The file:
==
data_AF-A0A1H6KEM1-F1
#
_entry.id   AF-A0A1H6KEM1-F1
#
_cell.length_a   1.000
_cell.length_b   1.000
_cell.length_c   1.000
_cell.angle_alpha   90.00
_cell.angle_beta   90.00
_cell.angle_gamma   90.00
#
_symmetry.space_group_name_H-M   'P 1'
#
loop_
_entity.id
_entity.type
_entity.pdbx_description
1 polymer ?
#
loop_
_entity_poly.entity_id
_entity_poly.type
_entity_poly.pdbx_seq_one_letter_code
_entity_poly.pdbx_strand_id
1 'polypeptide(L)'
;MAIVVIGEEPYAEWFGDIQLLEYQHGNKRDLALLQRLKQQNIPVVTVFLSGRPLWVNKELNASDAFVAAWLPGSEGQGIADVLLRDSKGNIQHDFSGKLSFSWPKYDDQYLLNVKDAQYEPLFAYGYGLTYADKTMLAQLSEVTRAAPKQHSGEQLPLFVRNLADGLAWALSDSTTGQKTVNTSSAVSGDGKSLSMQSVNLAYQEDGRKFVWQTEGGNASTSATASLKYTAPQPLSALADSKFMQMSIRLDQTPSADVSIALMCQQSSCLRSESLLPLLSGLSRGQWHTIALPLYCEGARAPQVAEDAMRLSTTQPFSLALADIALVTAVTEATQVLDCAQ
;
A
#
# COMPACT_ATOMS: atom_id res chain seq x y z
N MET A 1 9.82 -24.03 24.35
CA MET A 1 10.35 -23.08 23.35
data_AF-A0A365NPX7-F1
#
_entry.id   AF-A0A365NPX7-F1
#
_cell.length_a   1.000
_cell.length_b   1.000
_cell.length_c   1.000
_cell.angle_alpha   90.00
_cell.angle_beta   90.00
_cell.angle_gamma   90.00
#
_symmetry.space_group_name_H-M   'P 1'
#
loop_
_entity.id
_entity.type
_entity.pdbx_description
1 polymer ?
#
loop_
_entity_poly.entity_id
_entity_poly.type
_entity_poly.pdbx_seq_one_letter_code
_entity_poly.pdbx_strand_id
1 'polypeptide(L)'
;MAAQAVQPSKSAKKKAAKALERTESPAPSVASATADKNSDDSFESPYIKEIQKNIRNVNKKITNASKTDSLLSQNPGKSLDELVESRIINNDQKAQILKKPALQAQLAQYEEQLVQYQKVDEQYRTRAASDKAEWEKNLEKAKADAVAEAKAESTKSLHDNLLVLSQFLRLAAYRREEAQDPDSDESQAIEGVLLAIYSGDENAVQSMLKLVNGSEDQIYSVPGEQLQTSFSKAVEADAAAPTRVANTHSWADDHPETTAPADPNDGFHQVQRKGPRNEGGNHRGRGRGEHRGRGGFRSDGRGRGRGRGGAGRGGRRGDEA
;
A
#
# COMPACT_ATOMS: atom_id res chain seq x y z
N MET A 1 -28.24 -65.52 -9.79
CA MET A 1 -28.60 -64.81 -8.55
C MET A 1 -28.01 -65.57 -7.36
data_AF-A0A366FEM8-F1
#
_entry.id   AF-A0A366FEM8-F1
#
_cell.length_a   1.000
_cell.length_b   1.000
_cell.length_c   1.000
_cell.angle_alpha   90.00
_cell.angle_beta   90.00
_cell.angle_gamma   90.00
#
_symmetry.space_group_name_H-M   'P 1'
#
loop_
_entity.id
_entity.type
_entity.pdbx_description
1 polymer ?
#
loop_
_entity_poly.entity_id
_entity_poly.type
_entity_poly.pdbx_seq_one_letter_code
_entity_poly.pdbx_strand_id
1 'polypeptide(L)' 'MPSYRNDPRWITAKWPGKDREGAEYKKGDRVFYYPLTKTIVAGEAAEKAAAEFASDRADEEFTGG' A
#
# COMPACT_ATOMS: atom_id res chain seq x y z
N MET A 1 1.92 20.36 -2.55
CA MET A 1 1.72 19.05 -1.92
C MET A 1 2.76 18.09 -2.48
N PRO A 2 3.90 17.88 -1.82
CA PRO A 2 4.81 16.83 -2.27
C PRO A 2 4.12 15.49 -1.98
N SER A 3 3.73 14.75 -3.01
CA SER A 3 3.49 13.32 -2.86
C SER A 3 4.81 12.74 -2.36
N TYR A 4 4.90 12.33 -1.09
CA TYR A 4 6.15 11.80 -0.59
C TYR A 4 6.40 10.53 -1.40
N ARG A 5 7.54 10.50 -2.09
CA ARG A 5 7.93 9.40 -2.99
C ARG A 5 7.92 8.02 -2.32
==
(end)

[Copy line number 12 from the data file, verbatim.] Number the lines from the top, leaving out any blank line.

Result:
_symmetry.space_group_name_H-M   'P 1'